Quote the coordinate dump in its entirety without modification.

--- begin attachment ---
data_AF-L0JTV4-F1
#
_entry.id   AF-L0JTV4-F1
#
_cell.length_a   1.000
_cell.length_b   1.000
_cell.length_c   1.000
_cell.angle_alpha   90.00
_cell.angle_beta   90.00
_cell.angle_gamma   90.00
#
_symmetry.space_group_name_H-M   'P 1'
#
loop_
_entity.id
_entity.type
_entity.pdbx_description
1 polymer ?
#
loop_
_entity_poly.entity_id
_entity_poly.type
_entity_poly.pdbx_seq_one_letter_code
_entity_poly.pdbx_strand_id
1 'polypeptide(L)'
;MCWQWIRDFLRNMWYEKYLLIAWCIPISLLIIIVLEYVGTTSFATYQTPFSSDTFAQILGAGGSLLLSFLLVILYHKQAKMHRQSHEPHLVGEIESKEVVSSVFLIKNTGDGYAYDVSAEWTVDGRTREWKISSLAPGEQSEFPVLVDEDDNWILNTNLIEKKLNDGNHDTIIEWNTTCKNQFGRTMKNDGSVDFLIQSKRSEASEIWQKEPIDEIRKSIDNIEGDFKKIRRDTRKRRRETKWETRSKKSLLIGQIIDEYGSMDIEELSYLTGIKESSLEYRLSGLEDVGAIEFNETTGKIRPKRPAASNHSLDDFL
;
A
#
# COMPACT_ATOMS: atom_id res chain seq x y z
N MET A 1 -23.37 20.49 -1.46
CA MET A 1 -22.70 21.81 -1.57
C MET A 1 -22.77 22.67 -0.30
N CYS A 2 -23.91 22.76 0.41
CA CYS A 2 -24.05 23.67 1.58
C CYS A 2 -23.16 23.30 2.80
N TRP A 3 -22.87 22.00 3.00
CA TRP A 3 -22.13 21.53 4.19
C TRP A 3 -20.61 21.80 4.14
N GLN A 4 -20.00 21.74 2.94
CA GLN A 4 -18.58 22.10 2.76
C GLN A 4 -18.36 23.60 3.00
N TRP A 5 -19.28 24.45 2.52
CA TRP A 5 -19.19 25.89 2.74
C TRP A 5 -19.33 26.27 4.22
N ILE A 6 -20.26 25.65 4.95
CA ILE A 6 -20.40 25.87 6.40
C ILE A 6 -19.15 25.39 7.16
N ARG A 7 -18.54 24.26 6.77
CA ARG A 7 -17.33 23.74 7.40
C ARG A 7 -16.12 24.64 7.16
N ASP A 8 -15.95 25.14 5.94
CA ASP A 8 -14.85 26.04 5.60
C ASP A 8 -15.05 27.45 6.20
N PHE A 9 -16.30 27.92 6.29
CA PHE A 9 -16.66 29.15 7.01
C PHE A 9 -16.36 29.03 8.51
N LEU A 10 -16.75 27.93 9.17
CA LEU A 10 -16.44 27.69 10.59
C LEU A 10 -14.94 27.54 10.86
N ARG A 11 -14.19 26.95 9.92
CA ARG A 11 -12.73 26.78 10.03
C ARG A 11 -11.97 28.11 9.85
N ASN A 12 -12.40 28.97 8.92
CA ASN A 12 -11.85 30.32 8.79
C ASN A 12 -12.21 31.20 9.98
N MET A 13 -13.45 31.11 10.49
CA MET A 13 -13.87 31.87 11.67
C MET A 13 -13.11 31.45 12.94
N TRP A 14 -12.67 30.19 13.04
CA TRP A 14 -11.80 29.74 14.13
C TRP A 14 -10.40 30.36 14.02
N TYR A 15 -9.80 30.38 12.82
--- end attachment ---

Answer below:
data_AF-L0JTV4-F1
#
_entry.id   AF-L0JTV4-F1
#
_cell.length_a   1.000
_cell.length_b   1.000
_cell.length_c   1.000
_cell.angle_alpha   90.00
_cell.angle_beta   90.00
_cell.angle_gamma   90.00
#
_symmetry.space_group_name_H-M   'P 1'
#
loop_
_entity.id
_entity.type
_entity.pdbx_description
1 polymer ?
#
loop_
_entity_poly.entity_id
_entity_poly.type
_entity_poly.pdbx_seq_one_letter_code
_entity_poly.pdbx_strand_id
1 'polypeptide(L)'
;MCWQWIRDFLRNMWYEKYLLIAWCIPISLLIIIVLEYVGTTSFATYQTPFSSDTFAQILGAGGSLLLSFLLVILYHKQAKMHRQSHEPHLVGEIESKEVVSSVFLIKNTGDGYAYDVSAEWTVDGRTREWKISSLAPGEQSEFPVLVDEDDNWILNTNLIEKKLNDGNHDTIIEWNTTCKNQFGRTMKNDGSVDFLIQSKRSEASEIWQKEPIDEIRKSIDNIEGDFKKIRRDTRKRRRETKWETRSKKSLLIGQIIDEYGSMDIEELSYLTGIKESSLEYRLSGLEDVGAIEFNETTGKIRPKRPAASNHSLDDFL
;
A
#
# COMPACT_ATOMS: atom_id res chain seq x y z
N MET A 1 -23.37 20.49 -1.46
CA MET A 1 -22.70 21.81 -1.57
C MET A 1 -22.77 22.67 -0.30
N CYS A 2 -23.91 22.76 0.41
CA CYS A 2 -24.05 23.67 1.58
C CYS A 2 -23.16 23.30 2.80
N TRP A 3 -22.87 22.00 3.00
CA TRP A 3 -22.13 21.53 4.19
C TRP A 3 -20.61 21.80 4.14
N GLN A 4 -20.00 21.74 2.94
CA GLN A 4 -18.58 22.10 2.76
C GLN A 4 -18.36 23.60 3.00
N TRP A 5 -19.28 24.45 2.52
CA TRP A 5 -19.19 25.89 2.74
C TRP A 5 -19.33 26.27 4.22
N ILE A 6 -20.26 25.65 4.95
CA ILE A 6 -20.40 25.87 6.40
C ILE A 6 -19.15 25.39 7.16
N ARG A 7 -18.54 24.26 6.77
CA ARG A 7 -17.33 23.74 7.40
C ARG A 7 -16.12 24.64 7.16
N ASP A 8 -15.95 25.14 5.94
CA ASP A 8 -14.85 26.04 5.60
C ASP A 8 -15.05 27.45 6.20
N PHE A 9 -16.30 27.92 6.29
CA PHE A 9 -16.66 29.15 7.01
C PHE A 9 -16.36 29.03 8.51
N LEU A 10 -16.75 27.93 9.17
CA LEU A 10 -16.44 27.69 10.59
C LEU A 10 -14.94 27.54 10.86
N ARG A 11 -14.19 26.95 9.92
CA ARG A 11 -12.73 26.78 10.03
C ARG A 11 -11.97 28.11 9.85
N ASN A 12 -12.40 28.97 8.92
CA ASN A 12 -11.85 30.32 8.79
C ASN A 12 -12.21 31.20 9.98
N MET A 13 -13.45 31.11 10.49
CA MET A 13 -13.87 31.87 11.67
C MET A 13 -13.11 31.45 12.94
N TRP A 14 -12.67 30.19 13.04
CA TRP A 14 -11.80 29.74 14.13
C TRP A 14 -10.40 30.36 14.02
N TYR A 15 -9.80 30.38 12.82